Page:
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Extraordinary ‘Jersey Boys’ worth another viewing

So, yes. “Jersey Boys” does stop for an applause break after a song, at least once, after “Sherry.”

I felt compelled to check for that, even jot it down, because the ordinary routine of any other musical is just one of the rules broken in this least ordinary of musicals.

“Jersey Boys” unfolds like a movie on stage, both in its cinematic pace and a story told by four narrators mixing up the usual arc of a two-act structure.

But now there’s a movie version, still clinging to at least a few local multiplex screens, and it’s leaving people underwhelmed. I guess you kind of expect an actual movie to be “cinematic.”

The balance of opinion on the “Jersey Boys” film deems it as stoic and stodgy as its director, Clint Eastwood, and not nearly as much fun as the stage show. Which brings us back to that applause point at Paris Las Vegas.

It seems the movie tilted a delicate balance. The stage version, now in its seventh year on the Strip, still stands out for being more serious and story-centric than Las Vegas usually allows. But it gets away with that because it’s also fun, and at heart it’s still a musical.

But it does take its time turning into one.

There’s a 40-minute journey in which we hear people sing, but only as part of the rapid shuffle which shows how Frankie Valli and the Four Seasons got together. We race through the tale of how Tommy DeVito (Deven May) and Nick Massi (Jeff Leibow) took turns mentoring the young Valli (Graham Fenton on this night, alternating performances with Travis Cloer) with lessons in both music and the ways of women between separate stretches in jail.

After the three link up with even-younger songwriting prodigy Bob Gaudio (Jason Kappus), the long wind-up explodes on the set of “American Bandstand.” “Sherry” is the first full-fledged Four Seasons song, but it’s instantly followed by the double-whammy of “Big Girls Don’t Cry” and “Walk Like a Man.”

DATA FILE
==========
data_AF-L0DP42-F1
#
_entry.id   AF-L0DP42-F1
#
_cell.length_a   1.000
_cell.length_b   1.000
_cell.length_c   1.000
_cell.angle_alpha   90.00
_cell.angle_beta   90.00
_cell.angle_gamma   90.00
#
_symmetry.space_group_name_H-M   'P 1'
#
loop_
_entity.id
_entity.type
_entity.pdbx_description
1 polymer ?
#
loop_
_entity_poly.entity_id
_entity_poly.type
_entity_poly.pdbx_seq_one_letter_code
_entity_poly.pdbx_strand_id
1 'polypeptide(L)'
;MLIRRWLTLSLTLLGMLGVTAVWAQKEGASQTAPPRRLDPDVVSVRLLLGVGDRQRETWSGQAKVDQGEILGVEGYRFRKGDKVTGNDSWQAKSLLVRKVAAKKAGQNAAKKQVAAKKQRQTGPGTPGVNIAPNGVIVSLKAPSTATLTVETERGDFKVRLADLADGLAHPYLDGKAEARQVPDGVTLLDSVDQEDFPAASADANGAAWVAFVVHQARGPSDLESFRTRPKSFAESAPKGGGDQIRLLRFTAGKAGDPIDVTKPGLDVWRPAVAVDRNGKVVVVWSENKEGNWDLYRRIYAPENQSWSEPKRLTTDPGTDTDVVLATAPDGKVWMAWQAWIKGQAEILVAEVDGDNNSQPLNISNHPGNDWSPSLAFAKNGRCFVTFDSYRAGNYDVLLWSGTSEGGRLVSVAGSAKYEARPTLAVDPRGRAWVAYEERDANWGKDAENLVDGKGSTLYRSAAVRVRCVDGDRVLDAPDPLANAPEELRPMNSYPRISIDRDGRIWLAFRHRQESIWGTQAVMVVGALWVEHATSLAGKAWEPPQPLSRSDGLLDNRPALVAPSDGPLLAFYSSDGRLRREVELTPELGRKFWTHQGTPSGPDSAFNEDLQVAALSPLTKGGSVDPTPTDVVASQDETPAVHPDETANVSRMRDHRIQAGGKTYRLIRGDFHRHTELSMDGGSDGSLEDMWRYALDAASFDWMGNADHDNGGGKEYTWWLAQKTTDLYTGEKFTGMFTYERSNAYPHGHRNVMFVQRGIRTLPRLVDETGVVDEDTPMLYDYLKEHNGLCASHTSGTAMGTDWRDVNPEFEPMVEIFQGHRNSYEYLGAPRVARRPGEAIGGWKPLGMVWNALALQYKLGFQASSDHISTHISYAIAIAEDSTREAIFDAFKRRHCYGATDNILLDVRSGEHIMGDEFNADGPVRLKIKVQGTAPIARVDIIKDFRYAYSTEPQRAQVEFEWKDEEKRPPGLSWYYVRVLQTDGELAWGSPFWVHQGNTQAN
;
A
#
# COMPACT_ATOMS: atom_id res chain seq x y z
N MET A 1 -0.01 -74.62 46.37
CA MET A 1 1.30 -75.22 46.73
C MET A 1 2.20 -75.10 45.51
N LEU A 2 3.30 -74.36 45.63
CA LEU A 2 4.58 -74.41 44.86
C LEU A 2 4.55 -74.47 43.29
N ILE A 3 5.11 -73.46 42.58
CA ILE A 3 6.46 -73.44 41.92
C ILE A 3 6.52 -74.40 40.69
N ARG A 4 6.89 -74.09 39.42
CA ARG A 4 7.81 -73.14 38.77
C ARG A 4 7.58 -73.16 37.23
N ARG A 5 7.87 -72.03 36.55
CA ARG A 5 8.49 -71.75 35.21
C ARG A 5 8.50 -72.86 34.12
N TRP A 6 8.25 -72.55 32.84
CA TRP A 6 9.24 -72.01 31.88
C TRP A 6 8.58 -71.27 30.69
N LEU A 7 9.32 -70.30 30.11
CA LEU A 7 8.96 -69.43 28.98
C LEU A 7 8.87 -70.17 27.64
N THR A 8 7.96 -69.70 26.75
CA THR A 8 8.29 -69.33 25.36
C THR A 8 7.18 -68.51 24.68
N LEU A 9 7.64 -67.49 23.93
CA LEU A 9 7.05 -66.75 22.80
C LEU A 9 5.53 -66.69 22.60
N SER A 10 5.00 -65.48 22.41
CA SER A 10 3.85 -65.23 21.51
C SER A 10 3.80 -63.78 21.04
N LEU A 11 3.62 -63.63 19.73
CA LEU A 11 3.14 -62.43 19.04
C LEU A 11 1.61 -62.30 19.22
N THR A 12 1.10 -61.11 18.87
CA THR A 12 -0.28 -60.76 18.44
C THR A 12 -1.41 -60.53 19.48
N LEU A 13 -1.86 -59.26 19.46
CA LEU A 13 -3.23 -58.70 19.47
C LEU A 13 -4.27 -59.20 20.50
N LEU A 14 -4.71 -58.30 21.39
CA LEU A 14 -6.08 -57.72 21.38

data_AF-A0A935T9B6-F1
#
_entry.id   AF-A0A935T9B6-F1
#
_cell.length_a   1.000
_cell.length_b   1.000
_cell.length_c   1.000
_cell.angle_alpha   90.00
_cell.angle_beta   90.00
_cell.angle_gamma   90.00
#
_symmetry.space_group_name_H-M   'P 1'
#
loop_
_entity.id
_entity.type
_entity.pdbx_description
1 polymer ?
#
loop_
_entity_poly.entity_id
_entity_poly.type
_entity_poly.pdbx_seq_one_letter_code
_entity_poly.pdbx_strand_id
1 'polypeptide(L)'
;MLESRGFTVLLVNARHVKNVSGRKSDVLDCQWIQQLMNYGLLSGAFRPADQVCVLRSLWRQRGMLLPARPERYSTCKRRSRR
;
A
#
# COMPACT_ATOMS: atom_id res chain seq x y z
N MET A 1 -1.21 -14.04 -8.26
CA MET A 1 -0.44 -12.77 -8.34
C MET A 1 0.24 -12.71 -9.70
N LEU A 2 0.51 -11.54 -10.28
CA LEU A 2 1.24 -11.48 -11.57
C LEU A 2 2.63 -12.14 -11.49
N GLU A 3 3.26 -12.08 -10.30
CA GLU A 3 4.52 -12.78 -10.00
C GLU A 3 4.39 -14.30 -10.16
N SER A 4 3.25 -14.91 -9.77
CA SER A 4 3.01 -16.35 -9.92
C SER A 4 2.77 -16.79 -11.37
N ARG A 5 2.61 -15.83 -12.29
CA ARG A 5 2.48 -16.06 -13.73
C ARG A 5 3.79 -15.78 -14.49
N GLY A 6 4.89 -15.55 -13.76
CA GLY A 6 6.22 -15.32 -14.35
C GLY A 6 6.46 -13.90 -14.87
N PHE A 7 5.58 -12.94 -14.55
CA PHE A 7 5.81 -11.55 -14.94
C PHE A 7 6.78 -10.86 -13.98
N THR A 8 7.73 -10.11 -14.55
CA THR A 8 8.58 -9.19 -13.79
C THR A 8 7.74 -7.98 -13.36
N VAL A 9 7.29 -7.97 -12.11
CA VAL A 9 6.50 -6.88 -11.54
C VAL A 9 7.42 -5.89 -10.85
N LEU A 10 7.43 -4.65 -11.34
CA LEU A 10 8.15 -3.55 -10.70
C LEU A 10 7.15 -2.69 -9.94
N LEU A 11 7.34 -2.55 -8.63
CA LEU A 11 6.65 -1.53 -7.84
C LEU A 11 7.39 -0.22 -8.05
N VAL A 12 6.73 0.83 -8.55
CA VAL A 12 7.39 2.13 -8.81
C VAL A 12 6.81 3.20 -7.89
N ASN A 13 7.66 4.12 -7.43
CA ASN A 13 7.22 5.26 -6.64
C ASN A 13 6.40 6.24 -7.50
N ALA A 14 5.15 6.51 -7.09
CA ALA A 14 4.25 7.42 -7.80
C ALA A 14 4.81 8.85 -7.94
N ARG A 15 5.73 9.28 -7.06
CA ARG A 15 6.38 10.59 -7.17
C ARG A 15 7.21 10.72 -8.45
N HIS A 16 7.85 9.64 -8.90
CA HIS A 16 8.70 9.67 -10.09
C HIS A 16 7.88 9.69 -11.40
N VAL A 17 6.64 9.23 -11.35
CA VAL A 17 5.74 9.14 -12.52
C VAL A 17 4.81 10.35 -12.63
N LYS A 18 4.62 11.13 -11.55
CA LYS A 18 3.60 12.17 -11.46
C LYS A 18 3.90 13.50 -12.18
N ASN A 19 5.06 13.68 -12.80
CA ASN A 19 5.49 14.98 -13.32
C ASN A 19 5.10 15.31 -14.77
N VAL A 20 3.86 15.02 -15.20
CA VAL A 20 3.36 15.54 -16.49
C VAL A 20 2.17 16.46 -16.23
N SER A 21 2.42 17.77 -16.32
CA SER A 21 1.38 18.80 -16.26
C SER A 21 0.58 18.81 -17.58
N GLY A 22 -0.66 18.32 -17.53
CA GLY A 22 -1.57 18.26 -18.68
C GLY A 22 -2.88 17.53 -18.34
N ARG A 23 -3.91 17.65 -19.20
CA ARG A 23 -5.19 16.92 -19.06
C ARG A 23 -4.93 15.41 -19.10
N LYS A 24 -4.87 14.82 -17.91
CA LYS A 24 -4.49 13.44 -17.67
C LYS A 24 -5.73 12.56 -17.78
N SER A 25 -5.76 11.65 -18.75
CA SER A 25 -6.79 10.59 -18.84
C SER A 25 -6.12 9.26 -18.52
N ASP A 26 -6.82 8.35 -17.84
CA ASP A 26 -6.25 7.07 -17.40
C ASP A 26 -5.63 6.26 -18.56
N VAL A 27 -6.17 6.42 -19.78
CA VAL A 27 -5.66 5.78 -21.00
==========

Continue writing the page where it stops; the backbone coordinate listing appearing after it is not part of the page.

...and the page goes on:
The movie often relegates these big-song moments to montages or quick cutaways. The stage version lets the songs pop, even as it keeps them in the story’s context. Backstage musicians turn up at key moments; a drummer rolling on here, a horn section popping up there on the rear catwalk.

The “Jersey Boys” phenomenon may work against the surprise factor of the story that director Des McAnuff delivered to Broadway in 2005. The Four Seasons had 15 Top 10 hits (plus three for Valli as a solo act) from 1962 to 1976. But the game-changing British invasion obscured the continuity between “Dawn (Go Away)” in 1964 and “Can’t Take My Eyes Off You” just three years later.

Even fewer people knew the group’s strange offstage saga, where the balance of power shifts from DeVito to Gaudio, and things fall apart in the presence of a loan shark (Jason Martinez) and New Jersey mobster Gyp DeCarlo (Joe Barbara) — a character who gets a lot more time in the movie via the star power of Christopher Walken.

Three of the four Las Vegas stars — with Kappus the relative newbie — have been with the show so long, they have an authentic group chemistry. At least once you get used to accents that first seem too deep into Edward G. Robinson wise-guy talk.

Fenton is effortless in capturing Valli’s signature falsetto without doing a forced impression on the likes of “My Eyes Adored You.” But the real key to the role is capturing the bottled-up frustrations of being caught between two dysfunctional families: the group dynamic and his guilt over the wife (Lauren Tartaglia, another veteran of the Las Vegas cast) and children left at home.

If the movie helps sustain the “Jersey Boys” phenomenon, it will be through a cable and DVD afterlife, not by owning the summer’s box office. But if the movie helps Las Vegas appreciate the superior version on the Strip? Or inspires a new visit? You might just thank it for not being better.

A postscript on some continuing Las Vegas peculiarities: Because of that cinematic flow and some odd start times, there’s no real break in the action for ushers to hold up late arrivals and then let them in, so they arrive in a steady stream. Same thing happens in the second act, when the weird tradition of an eight-minute intermission doesn’t allow much time to take care of business. Planning ahead, and an eye to the clock, can help in both cases.

Contact reporter Mike Weatherford at mweatherford@reviewjournal.com or 702-383-0288.

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